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  15. Hi Azita...lovely blog, fell inlove with Persian food since the first time my Iranian friend brought the eggplant dish as well as the spinach with chickpeas and spaghetti stew dish. We have simialar dish with spinach and lentils with sauteed onions, chilies and spices...will try your other dishes and let you know.....

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  16. Can't wait to try this recipe when I have a bunch of eggplant again- always looking for more ways to use eggplant. This looks great!

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  17. Do you add the eggplant 1 hour after cooking the stew?

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  18. Anonymous, I add the fried eggplant slices about an hour after cooking the stew or when the meat is cooked. Then I'll let the stew simmer gently so the flavors blend together.

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  19. i brush eggplants with egg whites before frying to stop them from gobbling too much oil

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  20. My sister recommended your blog to me, yesterday.
    She is married to an Iranian man and she's cooked me this eggplant dish, which is delicious!
    I'm going to try it myself, as well as some of the meat dishes.
    I love the flavours of Iranian cooking, and it's not a style very well known in Australia.

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  21. Hi Azita. I'm wondering if it is necessary to remove the bitterness from the eggplant by soaking them in water or by sprinkling salt on them as most recipes say. I only encounter this step in Persian cookbooks. I've been making eggplant dishes for many years without doing these steps and I'm not sure it's necessary. Thank you for your opinion.

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    Replies
    1. Salting the eggplants was necessary because most of time they were bitter back home. I still do salt the large eggplants, especially before frying them for khoresh bademjan.

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  22. This is absolutely the best site for Persian recipes! I have been making Persian dishes for years, with my very first Persian cookbook being "In A Persian Kitchen" by Maideh Mazda. Today, I am making Kashkeh Bademjun for my daughter and her husband as they love it!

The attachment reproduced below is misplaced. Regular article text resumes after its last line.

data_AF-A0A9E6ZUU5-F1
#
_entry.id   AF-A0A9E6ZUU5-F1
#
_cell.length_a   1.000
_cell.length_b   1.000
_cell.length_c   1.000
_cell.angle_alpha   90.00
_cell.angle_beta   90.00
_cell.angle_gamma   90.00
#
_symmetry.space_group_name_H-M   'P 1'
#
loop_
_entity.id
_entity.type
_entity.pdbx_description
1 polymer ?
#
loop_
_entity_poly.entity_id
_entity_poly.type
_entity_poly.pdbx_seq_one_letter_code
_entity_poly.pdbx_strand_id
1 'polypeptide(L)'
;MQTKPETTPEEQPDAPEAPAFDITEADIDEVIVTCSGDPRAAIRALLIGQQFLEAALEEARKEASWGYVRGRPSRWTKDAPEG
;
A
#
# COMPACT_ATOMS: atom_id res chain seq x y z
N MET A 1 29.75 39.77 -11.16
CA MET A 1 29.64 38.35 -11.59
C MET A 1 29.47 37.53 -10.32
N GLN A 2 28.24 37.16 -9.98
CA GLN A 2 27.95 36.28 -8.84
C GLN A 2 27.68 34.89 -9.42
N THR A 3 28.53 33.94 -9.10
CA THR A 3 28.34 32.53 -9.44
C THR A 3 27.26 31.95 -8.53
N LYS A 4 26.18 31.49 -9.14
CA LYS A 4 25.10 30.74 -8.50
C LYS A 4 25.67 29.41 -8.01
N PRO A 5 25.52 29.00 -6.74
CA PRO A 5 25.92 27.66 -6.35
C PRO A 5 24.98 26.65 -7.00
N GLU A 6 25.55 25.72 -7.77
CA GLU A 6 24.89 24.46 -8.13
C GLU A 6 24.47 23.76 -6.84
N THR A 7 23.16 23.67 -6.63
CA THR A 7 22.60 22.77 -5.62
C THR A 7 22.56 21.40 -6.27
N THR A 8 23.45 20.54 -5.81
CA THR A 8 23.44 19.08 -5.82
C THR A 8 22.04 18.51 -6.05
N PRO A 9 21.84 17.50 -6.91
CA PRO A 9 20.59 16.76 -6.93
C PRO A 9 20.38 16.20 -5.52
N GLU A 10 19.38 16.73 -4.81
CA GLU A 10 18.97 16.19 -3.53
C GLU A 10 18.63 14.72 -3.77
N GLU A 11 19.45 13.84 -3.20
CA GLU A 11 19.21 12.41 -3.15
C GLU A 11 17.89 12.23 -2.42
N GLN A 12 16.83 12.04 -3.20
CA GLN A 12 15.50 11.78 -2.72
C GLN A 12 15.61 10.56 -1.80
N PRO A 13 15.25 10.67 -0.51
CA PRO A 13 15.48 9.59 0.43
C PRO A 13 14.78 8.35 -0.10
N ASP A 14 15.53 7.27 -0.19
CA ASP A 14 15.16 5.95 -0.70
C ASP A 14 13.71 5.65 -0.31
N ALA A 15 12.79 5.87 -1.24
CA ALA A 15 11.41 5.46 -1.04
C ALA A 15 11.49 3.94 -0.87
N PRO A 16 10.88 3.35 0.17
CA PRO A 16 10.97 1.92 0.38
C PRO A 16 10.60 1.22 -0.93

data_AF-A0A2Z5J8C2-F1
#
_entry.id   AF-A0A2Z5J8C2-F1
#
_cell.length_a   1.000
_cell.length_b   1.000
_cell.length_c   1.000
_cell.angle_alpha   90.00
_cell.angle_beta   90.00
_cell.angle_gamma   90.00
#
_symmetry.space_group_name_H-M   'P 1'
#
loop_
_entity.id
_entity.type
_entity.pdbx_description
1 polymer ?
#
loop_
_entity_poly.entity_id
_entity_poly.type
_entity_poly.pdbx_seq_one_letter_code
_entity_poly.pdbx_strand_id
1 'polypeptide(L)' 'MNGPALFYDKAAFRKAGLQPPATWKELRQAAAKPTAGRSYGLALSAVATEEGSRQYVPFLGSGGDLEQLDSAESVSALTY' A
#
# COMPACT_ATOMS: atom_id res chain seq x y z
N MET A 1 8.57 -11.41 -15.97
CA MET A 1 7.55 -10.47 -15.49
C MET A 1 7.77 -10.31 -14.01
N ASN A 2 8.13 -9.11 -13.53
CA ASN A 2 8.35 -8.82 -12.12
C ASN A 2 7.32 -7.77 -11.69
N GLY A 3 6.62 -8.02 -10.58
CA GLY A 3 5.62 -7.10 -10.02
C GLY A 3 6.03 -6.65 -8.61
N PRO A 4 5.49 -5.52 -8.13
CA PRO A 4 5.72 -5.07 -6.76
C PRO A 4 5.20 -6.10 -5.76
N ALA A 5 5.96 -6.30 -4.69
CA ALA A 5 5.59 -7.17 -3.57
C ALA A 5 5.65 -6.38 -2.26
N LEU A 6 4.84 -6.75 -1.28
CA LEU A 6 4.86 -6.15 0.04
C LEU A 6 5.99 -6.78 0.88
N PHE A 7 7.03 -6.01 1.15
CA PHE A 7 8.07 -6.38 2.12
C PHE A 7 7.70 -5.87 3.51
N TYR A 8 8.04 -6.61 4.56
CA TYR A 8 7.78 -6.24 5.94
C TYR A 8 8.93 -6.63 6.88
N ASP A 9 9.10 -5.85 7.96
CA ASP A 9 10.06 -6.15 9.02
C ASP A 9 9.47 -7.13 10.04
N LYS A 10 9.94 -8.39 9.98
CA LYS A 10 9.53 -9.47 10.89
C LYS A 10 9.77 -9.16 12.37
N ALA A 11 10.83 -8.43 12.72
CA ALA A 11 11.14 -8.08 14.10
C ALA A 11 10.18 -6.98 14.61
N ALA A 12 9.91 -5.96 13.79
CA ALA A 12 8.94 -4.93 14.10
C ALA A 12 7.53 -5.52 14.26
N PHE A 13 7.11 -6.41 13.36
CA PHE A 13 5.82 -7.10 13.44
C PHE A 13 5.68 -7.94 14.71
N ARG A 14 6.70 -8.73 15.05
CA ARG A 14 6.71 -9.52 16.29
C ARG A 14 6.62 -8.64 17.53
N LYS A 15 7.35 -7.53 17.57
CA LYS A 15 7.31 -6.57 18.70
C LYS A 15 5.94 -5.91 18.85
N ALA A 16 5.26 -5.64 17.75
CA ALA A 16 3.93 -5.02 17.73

Last Sunday, I made the very best Khoresht Bademjun ever and my family thoroughly enjoyed it along with mast va esfanaj!

    I'm also fortunate to have had a wonderful mother-in-law who also taught me how to perfect my rice cooking, make Khoresht Fesenjun, Kufteh, and so many other dishes.

    I am also fortunate to have lived in Iran and experienced the culture and cuisine first hand.

    Thank you for this fabulous place to find wonderful Persian recipes.

    Paula

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  23. I love these recipes, I used to cook alot of Persian food and its great to see these recipes again. I love this one, but am now vegetarian, I think it will still be amazing. Thanks for sharing your amazing knowledge and culture. Peace, lee (www.thebeachhousekitchen.wordpress.com) PS - I am making this right now!

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  24. Hi Azita,
    What can I use to substitute the sour grapes?

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    Replies
    1. Hi, you can use dried Persian lime (limoo amani/omani) or lime juice.

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  25. Dear Azita Khanoom,
    Firstly, thank you so much for taking the time to create this blog - you have a natural teaching ability that I genuinely appreciate.
    I'm an Iranian born Aussie living in China. I was always curious to learn cooking from my mother, but she always shooed me out of the kitchen (I guess my questions annoyed her - haha). Your wonderful site has allowed me to reignite my passion for Persian cuisine...
    Anyway, I have a question for you. Instead of boiling/peeling the tomatoes, can I simply grate them (which gets rid of the skin), or is the cooking process important for the flavour? Also, as you can imagine, grating the tomatoes leaves one with a LOT of excess tomato-juice - should I use that or drain it before adding to the pot?
    Sorry for such a long-winded question. Hope you can help.
    Sincerely grateful (excuse the pun ;P)
    Vaf

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    Replies
    1. Dear Vaf, thank you very much for stopping by and for your kind words. You can use grated tomatoes(with juice), there's no need to drain.

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  26. Absolutely the best Persian recipe blog I've seen. I'm vegan, and make this dish frequently (minus the meat,of course) and it' always turns out amazing.Thank you!